This past weekend, Willow Springs International Raceway once again played host to the annual, all-Honda, VTEC Club event; Autumn Speed Festival. Since the inaugural event last year, it’s one of the only events I look forward to attending here in the US (actually in the past two years it’s the only event I’ve attended). While VTEC Club usually runs alongside another facilitating vendor to host their normal events, Autumn Speed Festival’s attendance, and management are proof that, time forbidding, the organization can survive on it’s own. With over 80 registered drivers, the pits were packed with Honda driver’s both veteran and new, ready to take on the ‘fastest road in the West’; Big Willow.
I feel like ever since the Cyber Evo set the standard for what a successful attack EVO should be, Mitsubishi devotees have been trying to redefine the level of what is considered top tier. Average power levels have risen, aerodynamics play a much larger role now, and tuning has come such a long way in the past decade that it’s almost hard to keep up. Even the Cyber Evo wasn’t immune to the changes; in the 2011 to 2012 transition, in order to defend their title, Takizawa turned to C-West in hopes of gaining an advantage in aerodynamics without unbalancing the winning formula they had. Competition in the sport was advancing so quickly that it soon became apparent that if you weren’t improving, you were for sure going to be left behind.
I’ve always viewed the Outer Plus Lotus builds as such a breathe of fresh air in the realm of Japanese time attack. They’re such a far cry from the norm, and among the only imported cars in the paddock at the grassroots level. The Lotus epitomizes the gentleman like qualities of motor sport that is sometimes harder to find in Japanese cars. The Chiba based outfit Garage Shimaya, known for race parts development of chassis’ such as Lotus and Caterham, has been providing their customers with the resources to infuse these British made cars with Japanese style. With over 20 years of experience under their belt, Kenji Shimakage and his team, are without a doubt the go-to group for people wanting to own and race these cars.
I had a handful of message requests on Instagram for more pictures of Maruyama’s S2000 – I had some extra time this afternoon so I scrounged around for some to edit and post. The car is very well built, and reflects the great balance that you can achieve with a few carefully selected modifications. It also makes a case for the C-West bumper being among the best looking front bumper choices for the chassis; I think I like it even more than Voltex.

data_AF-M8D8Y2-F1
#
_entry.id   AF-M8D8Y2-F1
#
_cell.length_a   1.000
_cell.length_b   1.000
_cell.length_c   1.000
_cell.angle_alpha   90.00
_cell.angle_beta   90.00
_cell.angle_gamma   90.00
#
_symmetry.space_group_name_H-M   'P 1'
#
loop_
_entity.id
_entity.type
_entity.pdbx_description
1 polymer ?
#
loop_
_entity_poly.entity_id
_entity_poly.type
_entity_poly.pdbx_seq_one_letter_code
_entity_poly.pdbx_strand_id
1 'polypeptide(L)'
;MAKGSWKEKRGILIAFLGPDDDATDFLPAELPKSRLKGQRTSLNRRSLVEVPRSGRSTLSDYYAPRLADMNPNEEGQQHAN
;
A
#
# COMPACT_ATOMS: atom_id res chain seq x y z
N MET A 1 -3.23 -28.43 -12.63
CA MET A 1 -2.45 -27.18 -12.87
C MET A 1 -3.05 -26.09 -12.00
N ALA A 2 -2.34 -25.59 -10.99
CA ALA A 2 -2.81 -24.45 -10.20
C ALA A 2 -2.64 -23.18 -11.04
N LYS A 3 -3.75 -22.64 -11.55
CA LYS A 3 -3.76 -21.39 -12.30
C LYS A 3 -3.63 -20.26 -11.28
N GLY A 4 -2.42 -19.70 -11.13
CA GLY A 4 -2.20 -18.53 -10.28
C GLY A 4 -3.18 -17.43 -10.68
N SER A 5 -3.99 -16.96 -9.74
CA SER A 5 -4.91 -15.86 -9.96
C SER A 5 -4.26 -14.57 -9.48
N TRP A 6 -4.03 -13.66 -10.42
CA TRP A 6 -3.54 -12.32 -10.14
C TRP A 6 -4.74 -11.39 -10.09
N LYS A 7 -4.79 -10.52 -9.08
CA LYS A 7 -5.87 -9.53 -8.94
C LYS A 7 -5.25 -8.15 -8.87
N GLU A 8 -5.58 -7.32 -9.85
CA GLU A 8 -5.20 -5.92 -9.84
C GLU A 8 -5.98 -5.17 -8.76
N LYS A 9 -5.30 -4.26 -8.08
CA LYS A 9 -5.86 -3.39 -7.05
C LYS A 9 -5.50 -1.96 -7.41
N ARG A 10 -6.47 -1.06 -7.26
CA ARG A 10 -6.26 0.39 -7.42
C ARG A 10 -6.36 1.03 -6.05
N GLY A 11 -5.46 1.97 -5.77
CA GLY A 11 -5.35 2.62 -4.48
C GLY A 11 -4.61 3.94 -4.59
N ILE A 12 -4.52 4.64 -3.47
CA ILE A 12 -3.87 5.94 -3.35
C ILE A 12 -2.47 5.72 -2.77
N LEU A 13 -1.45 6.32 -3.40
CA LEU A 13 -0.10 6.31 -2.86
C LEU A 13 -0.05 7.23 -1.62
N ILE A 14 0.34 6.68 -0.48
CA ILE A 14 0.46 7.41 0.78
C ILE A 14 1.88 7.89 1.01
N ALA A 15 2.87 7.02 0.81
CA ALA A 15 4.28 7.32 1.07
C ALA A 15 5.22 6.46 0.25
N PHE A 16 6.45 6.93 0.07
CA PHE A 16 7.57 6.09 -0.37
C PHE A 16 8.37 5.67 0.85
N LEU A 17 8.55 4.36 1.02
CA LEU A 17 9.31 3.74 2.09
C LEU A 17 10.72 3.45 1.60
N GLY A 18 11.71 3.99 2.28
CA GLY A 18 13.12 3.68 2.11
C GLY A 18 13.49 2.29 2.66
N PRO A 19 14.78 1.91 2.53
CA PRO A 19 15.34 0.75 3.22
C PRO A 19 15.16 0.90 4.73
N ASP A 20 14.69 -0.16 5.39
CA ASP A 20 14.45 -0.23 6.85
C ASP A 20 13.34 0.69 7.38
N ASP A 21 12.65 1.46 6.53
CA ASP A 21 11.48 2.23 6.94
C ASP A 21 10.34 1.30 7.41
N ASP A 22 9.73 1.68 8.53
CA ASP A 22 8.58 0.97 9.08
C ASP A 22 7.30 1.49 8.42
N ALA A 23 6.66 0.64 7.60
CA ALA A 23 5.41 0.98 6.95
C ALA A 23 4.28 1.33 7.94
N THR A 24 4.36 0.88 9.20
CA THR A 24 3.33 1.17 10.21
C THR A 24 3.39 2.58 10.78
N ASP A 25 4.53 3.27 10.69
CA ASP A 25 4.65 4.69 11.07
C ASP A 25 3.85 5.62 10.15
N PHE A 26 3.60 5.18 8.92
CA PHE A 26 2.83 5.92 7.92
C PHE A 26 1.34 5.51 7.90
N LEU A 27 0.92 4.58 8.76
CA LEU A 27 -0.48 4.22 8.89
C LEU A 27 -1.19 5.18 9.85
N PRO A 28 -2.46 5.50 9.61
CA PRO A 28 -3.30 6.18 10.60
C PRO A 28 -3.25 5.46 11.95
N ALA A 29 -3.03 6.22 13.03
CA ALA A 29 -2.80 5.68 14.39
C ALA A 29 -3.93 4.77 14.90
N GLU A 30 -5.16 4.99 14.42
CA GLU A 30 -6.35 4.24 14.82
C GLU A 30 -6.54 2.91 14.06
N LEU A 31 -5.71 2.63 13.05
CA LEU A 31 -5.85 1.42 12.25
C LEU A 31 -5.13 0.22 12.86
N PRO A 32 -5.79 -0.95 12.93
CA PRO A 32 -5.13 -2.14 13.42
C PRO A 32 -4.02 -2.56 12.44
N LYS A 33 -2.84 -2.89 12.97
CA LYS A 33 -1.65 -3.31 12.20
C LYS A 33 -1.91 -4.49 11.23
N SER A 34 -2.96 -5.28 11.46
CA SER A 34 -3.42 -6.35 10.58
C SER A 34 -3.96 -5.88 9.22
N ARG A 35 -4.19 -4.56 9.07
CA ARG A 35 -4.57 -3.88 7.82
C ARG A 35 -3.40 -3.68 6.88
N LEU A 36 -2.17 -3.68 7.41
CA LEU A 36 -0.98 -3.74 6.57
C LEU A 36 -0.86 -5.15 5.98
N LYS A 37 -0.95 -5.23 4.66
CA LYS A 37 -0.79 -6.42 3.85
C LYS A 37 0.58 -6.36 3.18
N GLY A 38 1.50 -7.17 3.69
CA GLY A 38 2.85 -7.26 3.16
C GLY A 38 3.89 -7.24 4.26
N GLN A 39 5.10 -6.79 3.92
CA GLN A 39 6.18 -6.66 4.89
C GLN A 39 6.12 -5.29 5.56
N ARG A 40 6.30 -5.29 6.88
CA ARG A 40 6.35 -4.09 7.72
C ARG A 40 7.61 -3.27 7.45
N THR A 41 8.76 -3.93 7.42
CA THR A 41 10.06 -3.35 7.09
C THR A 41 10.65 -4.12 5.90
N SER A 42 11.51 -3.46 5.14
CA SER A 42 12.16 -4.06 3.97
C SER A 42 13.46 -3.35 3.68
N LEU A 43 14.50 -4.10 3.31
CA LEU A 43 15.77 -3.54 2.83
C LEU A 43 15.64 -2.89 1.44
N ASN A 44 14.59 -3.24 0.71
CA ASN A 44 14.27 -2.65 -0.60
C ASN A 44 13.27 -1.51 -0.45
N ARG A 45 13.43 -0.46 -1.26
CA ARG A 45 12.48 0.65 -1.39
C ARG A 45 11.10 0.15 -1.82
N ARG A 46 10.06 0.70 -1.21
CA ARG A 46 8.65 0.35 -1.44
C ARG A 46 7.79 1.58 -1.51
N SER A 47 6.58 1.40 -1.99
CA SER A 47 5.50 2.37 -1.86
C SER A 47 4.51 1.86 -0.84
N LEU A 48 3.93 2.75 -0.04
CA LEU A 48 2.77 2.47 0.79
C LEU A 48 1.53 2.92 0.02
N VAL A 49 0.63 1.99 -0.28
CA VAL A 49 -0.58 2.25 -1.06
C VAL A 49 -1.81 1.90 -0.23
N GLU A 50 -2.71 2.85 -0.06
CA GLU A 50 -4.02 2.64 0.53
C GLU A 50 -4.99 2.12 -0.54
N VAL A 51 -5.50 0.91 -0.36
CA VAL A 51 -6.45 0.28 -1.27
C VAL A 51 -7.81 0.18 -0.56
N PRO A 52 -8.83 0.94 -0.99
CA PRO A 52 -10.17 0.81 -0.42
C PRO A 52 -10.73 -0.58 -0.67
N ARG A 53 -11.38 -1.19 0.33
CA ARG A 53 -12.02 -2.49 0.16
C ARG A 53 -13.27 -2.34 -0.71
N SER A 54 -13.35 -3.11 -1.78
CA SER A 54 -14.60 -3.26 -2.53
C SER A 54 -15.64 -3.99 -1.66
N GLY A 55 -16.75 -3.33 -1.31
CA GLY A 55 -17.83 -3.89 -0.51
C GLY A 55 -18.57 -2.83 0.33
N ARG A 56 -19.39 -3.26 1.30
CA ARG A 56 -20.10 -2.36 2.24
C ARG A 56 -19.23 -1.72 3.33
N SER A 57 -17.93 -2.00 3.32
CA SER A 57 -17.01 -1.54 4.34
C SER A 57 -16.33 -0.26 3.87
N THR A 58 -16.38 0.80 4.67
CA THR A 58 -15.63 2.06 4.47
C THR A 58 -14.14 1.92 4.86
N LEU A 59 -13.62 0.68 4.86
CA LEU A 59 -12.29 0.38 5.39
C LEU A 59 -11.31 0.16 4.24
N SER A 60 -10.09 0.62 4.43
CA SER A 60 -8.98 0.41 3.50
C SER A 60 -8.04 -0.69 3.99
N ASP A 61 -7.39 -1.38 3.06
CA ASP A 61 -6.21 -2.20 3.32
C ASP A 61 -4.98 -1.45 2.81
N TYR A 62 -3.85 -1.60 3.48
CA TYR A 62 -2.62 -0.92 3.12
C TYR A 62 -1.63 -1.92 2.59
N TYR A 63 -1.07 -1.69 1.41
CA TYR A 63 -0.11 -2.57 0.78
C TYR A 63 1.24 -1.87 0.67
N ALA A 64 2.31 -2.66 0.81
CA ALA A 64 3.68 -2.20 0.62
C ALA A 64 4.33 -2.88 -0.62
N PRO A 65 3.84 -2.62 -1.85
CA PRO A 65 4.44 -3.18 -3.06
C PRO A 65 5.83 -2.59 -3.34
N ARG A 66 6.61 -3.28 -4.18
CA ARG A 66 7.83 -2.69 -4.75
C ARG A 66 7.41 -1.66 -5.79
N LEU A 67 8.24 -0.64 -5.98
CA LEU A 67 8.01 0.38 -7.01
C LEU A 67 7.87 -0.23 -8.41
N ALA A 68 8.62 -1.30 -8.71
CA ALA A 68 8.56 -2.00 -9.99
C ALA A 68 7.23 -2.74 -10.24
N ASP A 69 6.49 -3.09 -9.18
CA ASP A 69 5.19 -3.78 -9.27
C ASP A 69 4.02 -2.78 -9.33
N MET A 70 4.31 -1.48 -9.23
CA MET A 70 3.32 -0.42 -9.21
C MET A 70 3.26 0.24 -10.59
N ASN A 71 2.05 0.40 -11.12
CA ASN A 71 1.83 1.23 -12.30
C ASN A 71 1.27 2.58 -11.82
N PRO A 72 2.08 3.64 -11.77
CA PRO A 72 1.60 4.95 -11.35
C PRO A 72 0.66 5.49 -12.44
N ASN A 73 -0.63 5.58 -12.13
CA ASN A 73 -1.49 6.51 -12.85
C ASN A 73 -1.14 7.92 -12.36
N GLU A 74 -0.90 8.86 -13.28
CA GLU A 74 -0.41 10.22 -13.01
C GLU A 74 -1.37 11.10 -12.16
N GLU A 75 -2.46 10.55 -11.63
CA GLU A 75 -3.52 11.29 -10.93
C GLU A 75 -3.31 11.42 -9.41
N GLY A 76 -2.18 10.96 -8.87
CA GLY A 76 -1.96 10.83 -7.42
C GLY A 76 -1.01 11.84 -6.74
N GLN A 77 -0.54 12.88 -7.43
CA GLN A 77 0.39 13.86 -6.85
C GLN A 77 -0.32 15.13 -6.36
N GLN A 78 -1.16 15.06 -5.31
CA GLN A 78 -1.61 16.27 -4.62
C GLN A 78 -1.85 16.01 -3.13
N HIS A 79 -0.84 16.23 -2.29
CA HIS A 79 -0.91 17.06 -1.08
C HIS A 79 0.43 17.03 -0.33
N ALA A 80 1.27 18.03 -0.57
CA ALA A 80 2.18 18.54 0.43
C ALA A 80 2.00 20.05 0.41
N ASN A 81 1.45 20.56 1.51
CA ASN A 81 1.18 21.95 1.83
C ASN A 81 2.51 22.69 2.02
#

In the realm of time attack, most often than not, the phrase ‘less is more’ can be aptly applied in most circumstances (I think power and tire size being the exception). Even those competing in street cars forgo the extra amenities in favor of shedding overall weight in their car; a willing sacrifice if it means quicker times. More and more we see entries into the sport that push the boundaries of limited modifications; some even entering the circuit with untouched motors. Such is the case with Shoutarou and his Integra – a pair that push simplicity to it’s limit.
One of my favorite things to do on my down time is research time attack builds in Japan. It’s akin to that of a treasure hunt for me. I enjoy the prospect of being among the first to find out about certain aspects of the build, and to both share it through the website and take inspiration from them for my own builds. There is still a large gap between the publicization of builds in Japan versus that of builds in Western countries, and because of this, information can be very difficult to come across sometimes. I think that’s what makes it interesting for me though; and this same theme plays true in other aspects of life as well. The harder you work towards something, the more satisfaction it brings you.
The concept of forming an amateur race team is something that appeals to quite a few of us. Aside from the obvious attraction of building race cars with your friends, there’s the added benefits of friendly competition, commradery and support among teammates; turns out there’s more positives to emulating Initial D than just looking cool. As a result we see attempts of this springing up all over the world – some good, some not so good. While we may have a ways to go on this side of the Pacific in making names for ourselves, no one in Japan does it better than the boys from Kyushu – ‘Kyushu Danji’; quite possibly the most notable and dedicated, time attack team in Japan.